One 2009 study found that chitosan gum lowered phosphate levels after just two weeks of chewing. Recent studies failed to replicate the results [25].

It turns out that the amount of chitosan in chitosan chewing gum is too low to have a phosphate-binding effect. And according to a detailed analysis, the 2009 study was poorly designed, while the benefits boil down to a placebo effect [25].

6) Oral Health

More recently, chitosan found its way into dentistry and oral health.

It can be formulated into products for fighting cavities and boosting oral health. Some people chew chitosan gum to prevent or reduce gum inflammation, though no studies confirmed their effectiveness.

In one clinical study, a chitosan mouth-rinse reduced plaque build-up and bacterial growth that leads to gum disease [26, 27].

Chitosan’s microbe-fighting effects in humans are still an active area of research.

Animal and Cellular Research (Lacking Evidence)

No clinical evidence supports the use of chitosan for any of the conditions listed in this section. Below is a summary of the existing animal and cell-based studies; they should guide further investigational efforts but should not be interpreted as supportive of any health benefit.

Fatigue

Chitosan oligosaccharides decreased fatigue in sleep-deprived rats. It also curbed other undesirable fatigue-triggered effects, such as weight loss and immobility [28, 29].

Additionally, chitosan lowered excess levels of the stress hormone cortisol in fatigued mice and raised their levels of an important antioxidant called superoxide dismutase (SOD) [30, 29].

Inflammation

Chitosan oligosaccharide might reduce inflammation, but clinical trials are still lacking [31, 5].

In rats, this oligosaccharide lowered inflammation in the brain, suppressing the release of inflammatory cytokines (such as IL-1b and TNF-alpha) [32].

In cells, it blocked inflammation caused by a bacterial toxin – LPS (by lowering IL-6). LPS can trigger a strong inflammatory response and may sneak into the blood in people with leaky gut [33].

Crohn’s Disease and Leaky Gut

There is a strong link between inflammatory cytokines such as IL-1b and TNF-alpha and Crohn’s disease. High levels of these cytokines may increase cell death (apoptosis) in the gut, compromising the gut’s integrity and possibly leading to what is commonly called leaky gut [34].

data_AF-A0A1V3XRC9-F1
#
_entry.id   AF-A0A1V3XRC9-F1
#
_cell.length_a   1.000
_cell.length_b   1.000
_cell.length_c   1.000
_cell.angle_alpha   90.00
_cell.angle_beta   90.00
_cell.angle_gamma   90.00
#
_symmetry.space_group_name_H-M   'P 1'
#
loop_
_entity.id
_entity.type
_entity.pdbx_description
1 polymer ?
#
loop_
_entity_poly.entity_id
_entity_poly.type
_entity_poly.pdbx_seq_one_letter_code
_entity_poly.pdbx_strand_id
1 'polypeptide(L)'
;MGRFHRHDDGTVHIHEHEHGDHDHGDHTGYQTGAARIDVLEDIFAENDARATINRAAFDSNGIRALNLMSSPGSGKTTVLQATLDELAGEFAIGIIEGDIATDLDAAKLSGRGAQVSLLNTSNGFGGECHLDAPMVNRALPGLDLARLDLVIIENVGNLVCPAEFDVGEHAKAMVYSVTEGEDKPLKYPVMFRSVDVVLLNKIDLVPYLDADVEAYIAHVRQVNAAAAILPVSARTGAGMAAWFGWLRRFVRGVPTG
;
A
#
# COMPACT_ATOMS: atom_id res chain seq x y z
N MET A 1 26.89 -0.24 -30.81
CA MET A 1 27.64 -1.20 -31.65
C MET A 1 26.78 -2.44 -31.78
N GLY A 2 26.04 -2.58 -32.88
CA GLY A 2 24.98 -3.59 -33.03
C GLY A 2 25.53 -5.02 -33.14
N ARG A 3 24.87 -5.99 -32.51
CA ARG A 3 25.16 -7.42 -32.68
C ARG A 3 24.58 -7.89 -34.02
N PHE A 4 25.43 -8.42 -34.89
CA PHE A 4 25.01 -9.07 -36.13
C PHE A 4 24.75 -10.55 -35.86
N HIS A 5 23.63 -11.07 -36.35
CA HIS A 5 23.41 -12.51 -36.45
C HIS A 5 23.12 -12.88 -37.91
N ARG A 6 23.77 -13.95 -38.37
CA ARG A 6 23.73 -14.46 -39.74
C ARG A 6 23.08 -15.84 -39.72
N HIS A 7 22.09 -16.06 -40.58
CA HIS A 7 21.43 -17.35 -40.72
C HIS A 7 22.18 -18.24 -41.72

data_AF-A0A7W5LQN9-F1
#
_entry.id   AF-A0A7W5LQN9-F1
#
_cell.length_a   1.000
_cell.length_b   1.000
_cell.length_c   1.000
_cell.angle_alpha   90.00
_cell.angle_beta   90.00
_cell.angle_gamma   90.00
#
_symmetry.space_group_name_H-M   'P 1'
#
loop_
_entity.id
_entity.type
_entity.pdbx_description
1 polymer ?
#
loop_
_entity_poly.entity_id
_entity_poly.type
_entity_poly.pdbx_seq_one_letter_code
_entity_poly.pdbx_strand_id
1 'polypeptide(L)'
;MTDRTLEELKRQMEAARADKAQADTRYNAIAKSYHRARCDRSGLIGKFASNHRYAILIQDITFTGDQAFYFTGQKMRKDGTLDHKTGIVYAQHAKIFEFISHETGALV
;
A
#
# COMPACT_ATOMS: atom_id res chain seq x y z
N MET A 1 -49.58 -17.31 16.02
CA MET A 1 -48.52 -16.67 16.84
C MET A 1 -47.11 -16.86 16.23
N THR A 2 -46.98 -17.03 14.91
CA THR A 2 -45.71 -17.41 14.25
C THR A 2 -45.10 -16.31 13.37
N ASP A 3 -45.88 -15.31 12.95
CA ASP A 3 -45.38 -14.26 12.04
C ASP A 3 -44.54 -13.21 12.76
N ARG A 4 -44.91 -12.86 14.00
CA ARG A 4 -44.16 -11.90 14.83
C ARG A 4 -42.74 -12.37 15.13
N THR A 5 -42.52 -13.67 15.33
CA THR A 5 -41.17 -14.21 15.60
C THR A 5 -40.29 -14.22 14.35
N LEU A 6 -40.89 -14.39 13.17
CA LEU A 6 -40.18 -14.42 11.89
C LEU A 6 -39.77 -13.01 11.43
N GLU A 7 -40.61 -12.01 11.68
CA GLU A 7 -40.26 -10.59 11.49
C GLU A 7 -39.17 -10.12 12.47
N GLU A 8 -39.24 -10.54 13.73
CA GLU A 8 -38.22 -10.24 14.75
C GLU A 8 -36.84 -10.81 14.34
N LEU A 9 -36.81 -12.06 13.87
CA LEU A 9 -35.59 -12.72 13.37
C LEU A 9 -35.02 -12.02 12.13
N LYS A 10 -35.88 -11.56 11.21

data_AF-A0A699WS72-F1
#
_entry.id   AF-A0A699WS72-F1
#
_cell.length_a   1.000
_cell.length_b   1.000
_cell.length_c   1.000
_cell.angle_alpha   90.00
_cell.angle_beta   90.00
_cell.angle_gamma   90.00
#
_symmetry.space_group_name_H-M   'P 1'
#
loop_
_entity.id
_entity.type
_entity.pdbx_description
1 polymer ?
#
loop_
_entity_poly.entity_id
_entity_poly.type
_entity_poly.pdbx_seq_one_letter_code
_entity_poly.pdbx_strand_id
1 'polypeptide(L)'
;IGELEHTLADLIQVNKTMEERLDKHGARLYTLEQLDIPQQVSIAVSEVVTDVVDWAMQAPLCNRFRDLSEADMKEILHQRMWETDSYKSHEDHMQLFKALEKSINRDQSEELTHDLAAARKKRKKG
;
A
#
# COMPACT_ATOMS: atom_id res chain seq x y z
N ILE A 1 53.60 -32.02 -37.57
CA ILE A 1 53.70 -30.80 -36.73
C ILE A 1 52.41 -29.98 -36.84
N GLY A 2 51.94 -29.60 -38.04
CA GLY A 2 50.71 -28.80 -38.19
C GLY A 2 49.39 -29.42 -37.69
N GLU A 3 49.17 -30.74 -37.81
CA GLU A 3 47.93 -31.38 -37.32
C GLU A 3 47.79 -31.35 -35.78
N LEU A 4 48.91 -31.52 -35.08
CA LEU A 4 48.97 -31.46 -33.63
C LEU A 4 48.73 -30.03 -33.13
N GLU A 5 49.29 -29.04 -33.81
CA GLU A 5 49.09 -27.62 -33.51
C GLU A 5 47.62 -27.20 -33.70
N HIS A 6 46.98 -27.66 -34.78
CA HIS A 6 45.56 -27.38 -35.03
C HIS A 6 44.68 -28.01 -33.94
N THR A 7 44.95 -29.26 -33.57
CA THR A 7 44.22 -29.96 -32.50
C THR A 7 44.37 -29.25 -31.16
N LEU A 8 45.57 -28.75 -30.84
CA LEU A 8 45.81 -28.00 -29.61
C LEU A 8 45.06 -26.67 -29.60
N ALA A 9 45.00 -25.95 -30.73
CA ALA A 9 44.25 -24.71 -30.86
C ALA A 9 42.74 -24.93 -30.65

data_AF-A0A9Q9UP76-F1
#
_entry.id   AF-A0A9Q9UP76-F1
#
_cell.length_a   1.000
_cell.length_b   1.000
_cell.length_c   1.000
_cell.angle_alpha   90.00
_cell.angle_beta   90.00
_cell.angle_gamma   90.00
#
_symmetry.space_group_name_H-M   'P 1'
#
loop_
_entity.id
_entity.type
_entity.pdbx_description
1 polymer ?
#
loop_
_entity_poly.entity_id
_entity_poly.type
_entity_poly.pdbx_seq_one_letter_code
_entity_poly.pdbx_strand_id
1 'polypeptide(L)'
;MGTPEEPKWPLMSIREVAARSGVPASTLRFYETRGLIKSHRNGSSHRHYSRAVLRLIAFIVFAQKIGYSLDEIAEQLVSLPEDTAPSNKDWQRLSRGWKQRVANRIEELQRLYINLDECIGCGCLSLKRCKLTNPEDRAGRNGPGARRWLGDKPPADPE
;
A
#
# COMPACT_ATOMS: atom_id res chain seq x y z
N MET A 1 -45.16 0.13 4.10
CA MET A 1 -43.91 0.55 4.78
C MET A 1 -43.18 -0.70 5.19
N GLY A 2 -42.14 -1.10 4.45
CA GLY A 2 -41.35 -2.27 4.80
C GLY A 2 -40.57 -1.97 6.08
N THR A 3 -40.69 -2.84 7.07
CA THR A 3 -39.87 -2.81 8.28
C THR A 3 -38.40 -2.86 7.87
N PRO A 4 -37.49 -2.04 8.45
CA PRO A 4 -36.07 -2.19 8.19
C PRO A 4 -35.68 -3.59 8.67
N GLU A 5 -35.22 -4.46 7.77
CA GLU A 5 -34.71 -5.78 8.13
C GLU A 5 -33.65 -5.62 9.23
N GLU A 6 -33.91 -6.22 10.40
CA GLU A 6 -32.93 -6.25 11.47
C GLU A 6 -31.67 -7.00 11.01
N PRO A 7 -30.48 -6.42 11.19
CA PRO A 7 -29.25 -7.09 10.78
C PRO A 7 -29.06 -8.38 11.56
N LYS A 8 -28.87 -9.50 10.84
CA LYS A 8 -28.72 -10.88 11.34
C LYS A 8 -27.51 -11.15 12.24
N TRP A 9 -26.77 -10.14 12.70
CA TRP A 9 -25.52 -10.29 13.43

According to animal studies, chitosan oligosaccharide may improve IBD symptoms (including Crohn’s) and reduce the death of gut cells. This effect may help strengthen the gut barrier [35, 34].

In another recent study, piglets eating a chitosan oligosaccharide-enhanced diet experienced reduced gut inflammation [36].

Brain Protection

Chitosan oligosaccharide may have some brain-protective properties. Supplementation with the oligosaccharide form reduced brain damage in rats with Alzheimer’s and improved their memory and learning [32, 37].

Additional research is underway, exploring its potential to prevent Alzheimer’s and Parkinson’s disease [38, 39, 40, 41].

Binding Toxins & Heavy Metals

Chitosan might bind to and help remove toxins. Since it eliminates bacteria (such as E.coli) and heavy metals from water, similar benefits from supplements are a possibility. Despite this, its effects on clearing toxins in humans have yet to be explored [42, 43].

In rats, chitosan protected against the buildup of a toxic heavy metal called cadmium. It reduced cadmium levels and protected the animals against damage [44].

In one cell-based study, chitosan could bind to and filter out mold toxins [45].

Effects on Cancer (Limited Evidence)

The effects of chitosan on cancer are still unclear.

On the one hand, it activates genes that help destroy damaged cells that could develop into cancer [46, 47, 48].

On the other hand, chitosan triggered the growth of liver and colon cancer stem cells in test tubes. These effects have not been observed in animals or humans [49].

Lastly, chitosan can also be used to deliver cancer drugs. Medications latch onto its large matrix of molecules and are carried through the body until arriving at the intended delivery site [50].

Limitations and Caveats

  • Many chitosan studies have only been carried out in animals.